Browse by Theme: Gender Equality

In 2011, the International Labour Conference voted to adopt Convention 189 which, for the first time, mandates state supported protection to ensure decent work for domestic workers. Yet to date, only 12 countries have ratified and submitted the convention.

As an organisation dedicated to helping women and girls overcome poverty and injustice, CARE International is working to ensure that more follow suit.

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Coinciding with the March 2014 Commission on the Status of Women taking place in New York, which is focussing on gender in the Millennium Development Goals, this policy brief provides suggestions on how to best enable progress on gender equality in the areas that have seen least progress since 2000.

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After decades of rule characterised by dictatorship, patronage and violence, in 2010 young people in the Arab world began to rise up and demand a new kind of politics. Women played their part as leaders and participants, and were not spared the backlash – suffering arrests, sexual harassment and even death. Though many commentators have warned that the Arab Spring is turning into an Autumn or Winter, with human rights rolled back and hopes for change dashed, CARE International’s research presents a more complex picture. As the dust continues to settle, there are both challenges and opportunities to expand the role women play in shaping the forces that affect their lives. The continuing upheaval in Egypt suggests that failures to address the root causes of the uprising and open up politics to new actors may not be sustainable over the long term.

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This briefing note sets out detailed recommendations for the UN High level panel to consider as they begin to consider what might replace the Millennium Development Goals when they expire in 2015. CARE calls for a strong emphasis on gender and social equality, an integrated approach to poverty and climate change, and much much more!

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"Adapting to climate change is about reducing vulnerability to current and projected climate risks. Vulnerability to climate change is determined in large part by people’s adaptive capacity. A particular climate hazard, such as a drought, does not affect all people within a community - or even the same household - equally because some people have greater capacity than others to manage the crisis. The inequitable distribution of rights, resources and power – as well as repressive cultural rules and norms – constrain many people’s ability to take action on climate change.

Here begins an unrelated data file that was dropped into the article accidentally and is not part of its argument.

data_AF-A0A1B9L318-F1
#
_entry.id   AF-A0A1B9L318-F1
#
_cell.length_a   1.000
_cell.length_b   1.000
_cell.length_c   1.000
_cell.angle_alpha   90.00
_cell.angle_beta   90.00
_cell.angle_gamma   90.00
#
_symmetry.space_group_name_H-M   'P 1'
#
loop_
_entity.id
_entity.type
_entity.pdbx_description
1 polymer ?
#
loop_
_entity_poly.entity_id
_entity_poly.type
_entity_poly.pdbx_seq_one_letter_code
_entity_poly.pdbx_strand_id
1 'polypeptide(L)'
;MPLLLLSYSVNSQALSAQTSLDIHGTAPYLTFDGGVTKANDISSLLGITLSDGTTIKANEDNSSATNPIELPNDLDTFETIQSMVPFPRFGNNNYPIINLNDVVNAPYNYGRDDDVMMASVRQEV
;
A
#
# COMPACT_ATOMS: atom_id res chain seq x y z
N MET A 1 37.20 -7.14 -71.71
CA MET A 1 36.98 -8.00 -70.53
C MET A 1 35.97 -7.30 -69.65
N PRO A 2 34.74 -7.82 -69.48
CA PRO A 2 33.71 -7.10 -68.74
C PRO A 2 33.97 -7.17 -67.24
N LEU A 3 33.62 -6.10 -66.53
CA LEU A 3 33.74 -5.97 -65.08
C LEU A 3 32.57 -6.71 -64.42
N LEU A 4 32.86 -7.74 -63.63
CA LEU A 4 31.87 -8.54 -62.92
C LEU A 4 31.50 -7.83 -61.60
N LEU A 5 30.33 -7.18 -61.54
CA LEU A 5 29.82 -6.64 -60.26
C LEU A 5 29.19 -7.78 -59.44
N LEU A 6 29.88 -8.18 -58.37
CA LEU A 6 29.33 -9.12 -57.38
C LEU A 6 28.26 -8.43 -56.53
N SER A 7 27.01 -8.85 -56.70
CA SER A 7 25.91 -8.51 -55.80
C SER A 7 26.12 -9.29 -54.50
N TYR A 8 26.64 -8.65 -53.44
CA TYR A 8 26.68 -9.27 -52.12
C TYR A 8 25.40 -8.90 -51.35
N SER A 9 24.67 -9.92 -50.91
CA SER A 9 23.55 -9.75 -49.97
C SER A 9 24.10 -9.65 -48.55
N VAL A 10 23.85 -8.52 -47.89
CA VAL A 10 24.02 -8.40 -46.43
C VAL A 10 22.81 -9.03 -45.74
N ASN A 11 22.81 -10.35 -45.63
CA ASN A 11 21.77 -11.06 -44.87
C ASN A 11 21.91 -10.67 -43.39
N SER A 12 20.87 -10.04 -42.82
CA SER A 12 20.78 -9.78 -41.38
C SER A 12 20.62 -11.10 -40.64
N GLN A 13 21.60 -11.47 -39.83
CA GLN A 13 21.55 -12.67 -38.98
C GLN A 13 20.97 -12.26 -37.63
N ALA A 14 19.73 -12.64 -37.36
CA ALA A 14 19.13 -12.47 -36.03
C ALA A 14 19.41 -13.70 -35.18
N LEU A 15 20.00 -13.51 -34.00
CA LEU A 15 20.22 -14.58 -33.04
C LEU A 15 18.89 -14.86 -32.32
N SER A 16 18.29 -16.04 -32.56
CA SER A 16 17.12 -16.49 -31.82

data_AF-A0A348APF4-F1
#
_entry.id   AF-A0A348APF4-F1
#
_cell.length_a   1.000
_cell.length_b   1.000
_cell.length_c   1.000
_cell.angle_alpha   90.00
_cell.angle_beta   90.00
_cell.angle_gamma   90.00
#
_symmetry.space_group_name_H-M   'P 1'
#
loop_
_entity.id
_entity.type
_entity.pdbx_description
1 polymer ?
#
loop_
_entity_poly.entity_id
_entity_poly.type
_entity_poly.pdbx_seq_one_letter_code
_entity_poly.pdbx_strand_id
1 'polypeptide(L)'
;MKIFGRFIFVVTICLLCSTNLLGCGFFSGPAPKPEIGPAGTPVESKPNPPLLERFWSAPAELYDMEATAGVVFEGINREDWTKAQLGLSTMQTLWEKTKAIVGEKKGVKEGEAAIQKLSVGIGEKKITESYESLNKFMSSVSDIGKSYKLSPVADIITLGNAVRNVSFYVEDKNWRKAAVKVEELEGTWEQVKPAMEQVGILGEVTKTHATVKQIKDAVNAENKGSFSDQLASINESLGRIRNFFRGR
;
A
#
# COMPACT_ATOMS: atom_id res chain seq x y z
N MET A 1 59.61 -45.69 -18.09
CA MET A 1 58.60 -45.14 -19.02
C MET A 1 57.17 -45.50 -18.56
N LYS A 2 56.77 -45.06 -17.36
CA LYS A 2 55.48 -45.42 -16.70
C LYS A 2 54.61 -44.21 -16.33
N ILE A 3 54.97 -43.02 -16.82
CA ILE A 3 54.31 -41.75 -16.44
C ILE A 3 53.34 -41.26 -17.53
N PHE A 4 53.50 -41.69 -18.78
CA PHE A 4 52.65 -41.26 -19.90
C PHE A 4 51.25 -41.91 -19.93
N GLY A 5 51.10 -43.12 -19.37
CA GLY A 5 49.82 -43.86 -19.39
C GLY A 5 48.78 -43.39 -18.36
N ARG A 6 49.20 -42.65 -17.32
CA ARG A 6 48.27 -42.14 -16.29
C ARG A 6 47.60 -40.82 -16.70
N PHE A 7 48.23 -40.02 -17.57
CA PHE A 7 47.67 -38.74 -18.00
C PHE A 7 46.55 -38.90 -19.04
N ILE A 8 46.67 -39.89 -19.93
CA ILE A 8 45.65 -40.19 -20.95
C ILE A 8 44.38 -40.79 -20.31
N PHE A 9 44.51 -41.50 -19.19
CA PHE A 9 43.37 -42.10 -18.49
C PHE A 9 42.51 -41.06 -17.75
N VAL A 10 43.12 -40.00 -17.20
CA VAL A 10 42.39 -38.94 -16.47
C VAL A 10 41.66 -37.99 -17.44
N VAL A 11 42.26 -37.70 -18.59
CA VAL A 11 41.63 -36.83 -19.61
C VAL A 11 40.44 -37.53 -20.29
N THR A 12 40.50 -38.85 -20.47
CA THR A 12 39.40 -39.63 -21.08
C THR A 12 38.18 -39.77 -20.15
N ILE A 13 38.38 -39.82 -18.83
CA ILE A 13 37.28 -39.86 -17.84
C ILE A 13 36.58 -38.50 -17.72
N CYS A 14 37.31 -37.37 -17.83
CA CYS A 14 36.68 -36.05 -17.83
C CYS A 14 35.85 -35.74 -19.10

This is especially true for women. Therefore, gender is a critical factor in understanding vulnerability to climate change. CARE’s approach to adaptation begins with comprehensive analysis, including an examination of differential vulnerability due to social, political and economic inequalities."

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For successful climate change adaptation and mitigation actions, Parties at COP17 need to explicitly address gender equality and women’s empowerment, building on, and ensuring the implementation of, existing gender considerations in UNFCCC decisions agreed over the past 3 years.

Without appropriate efforts to reduce gender inequalities at all levels, strategies to address climate change will not be effective and sustainable. Gender-blind strategies may perpetuate or may even exacerbate these inequalities, undermining human rights and reversing achievements on vulnerability reduction and poverty eradication.

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For lasting adaptation solutions in a changing climate, an international climate change regime must place pro-poor and gender-equitable approaches at its core and provide sufficient funding for and prioritise the needs of the most vulnerable people. At COP17 in Durban, Parties must deliver on the action items in the Cancun Agreements to continue operationalising the Adaptation Framework.

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